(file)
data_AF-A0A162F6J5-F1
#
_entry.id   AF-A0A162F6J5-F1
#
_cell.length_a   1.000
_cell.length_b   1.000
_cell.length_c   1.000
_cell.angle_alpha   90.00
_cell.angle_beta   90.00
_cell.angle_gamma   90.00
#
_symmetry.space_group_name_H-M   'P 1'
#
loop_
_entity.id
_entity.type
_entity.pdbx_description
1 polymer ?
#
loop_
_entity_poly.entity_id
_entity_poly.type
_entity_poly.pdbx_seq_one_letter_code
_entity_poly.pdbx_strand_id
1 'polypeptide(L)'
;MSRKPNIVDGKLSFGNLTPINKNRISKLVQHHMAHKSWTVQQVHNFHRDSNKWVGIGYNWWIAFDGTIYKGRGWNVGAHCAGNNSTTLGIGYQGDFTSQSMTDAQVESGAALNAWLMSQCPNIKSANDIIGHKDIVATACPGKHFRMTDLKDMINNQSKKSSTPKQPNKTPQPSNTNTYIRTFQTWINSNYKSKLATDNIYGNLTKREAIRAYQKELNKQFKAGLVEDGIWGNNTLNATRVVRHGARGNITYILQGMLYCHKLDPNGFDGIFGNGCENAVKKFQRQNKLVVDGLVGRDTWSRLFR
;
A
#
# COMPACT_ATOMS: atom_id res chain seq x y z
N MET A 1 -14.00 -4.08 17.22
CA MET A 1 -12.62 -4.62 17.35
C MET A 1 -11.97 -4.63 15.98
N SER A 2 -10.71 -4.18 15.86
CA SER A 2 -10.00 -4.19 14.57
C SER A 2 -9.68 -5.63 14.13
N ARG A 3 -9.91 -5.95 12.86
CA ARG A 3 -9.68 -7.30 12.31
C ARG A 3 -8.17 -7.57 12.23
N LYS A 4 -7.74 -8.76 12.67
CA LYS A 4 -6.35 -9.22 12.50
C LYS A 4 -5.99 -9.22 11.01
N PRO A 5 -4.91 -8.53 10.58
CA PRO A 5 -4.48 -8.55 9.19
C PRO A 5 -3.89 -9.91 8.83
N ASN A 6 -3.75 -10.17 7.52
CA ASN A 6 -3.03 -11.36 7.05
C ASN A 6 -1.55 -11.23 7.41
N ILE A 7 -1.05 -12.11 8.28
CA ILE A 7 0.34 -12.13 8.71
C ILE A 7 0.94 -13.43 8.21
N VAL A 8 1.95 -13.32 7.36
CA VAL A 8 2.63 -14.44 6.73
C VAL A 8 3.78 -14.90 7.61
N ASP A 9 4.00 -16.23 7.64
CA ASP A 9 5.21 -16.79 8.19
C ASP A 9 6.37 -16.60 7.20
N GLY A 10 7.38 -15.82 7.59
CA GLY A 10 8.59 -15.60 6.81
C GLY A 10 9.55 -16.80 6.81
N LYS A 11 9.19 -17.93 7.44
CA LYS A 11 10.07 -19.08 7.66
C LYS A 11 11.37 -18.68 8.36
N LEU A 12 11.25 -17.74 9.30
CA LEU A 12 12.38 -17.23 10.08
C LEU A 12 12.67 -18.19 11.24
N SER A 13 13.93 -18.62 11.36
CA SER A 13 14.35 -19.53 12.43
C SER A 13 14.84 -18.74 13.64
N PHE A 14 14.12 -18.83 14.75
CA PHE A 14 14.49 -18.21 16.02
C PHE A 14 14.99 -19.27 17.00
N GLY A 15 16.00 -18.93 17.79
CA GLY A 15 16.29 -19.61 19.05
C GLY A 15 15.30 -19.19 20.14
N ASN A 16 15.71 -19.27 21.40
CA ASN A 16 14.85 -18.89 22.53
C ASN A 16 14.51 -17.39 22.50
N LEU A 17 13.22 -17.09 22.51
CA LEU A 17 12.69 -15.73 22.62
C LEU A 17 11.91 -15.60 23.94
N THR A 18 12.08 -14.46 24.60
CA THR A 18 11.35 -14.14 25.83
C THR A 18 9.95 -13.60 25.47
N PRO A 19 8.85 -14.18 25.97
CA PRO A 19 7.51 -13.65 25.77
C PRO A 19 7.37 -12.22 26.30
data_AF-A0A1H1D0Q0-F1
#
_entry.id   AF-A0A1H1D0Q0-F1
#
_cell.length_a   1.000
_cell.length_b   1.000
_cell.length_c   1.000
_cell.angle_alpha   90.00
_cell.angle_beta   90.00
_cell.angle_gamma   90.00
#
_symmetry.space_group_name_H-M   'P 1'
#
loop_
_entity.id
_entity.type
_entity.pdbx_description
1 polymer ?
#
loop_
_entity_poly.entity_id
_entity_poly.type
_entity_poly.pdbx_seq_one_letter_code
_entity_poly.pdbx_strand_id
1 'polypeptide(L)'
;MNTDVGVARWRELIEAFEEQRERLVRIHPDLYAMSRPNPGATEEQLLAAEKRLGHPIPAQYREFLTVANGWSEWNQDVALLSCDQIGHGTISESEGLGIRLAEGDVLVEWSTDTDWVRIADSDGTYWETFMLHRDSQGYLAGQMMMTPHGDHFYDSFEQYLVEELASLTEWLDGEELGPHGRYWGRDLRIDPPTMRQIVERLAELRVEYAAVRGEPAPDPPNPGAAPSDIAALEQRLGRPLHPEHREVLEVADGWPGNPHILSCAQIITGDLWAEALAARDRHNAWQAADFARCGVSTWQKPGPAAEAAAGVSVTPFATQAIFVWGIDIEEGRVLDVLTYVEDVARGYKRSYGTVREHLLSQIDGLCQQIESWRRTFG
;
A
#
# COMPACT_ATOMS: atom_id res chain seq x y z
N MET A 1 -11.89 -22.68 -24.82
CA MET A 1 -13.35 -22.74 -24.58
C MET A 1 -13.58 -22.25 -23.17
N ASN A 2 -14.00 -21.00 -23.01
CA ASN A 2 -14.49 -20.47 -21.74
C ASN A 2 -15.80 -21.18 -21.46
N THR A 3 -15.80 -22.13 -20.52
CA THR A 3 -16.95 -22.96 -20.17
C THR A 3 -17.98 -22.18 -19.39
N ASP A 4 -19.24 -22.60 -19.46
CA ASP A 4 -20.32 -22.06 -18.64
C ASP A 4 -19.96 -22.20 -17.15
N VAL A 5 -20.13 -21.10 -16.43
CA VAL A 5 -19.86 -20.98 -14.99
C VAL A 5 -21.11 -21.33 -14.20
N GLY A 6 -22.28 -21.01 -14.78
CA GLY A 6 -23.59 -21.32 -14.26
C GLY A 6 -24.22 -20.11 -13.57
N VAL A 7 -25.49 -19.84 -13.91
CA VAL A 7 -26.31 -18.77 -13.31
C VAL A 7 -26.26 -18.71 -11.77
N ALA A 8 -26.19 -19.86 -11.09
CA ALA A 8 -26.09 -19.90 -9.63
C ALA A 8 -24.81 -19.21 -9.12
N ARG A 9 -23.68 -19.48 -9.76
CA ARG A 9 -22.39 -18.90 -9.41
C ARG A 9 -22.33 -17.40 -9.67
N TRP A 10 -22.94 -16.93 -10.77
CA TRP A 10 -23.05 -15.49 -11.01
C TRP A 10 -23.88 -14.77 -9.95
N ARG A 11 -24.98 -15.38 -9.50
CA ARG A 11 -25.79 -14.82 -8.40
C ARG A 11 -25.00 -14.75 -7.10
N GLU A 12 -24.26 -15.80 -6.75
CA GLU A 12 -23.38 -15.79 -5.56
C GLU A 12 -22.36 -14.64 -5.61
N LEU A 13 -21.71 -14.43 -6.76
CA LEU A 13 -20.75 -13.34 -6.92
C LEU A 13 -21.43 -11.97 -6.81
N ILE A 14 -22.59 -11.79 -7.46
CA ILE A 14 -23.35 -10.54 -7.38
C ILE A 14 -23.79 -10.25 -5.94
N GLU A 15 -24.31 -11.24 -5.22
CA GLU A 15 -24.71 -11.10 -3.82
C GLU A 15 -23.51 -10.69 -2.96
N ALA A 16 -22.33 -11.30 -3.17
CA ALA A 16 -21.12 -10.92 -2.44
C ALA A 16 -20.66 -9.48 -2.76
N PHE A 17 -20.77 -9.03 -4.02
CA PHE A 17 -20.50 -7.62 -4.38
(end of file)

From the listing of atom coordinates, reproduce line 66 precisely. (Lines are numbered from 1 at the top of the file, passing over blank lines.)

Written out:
C LEU A 12 12.67 -18.19 11.24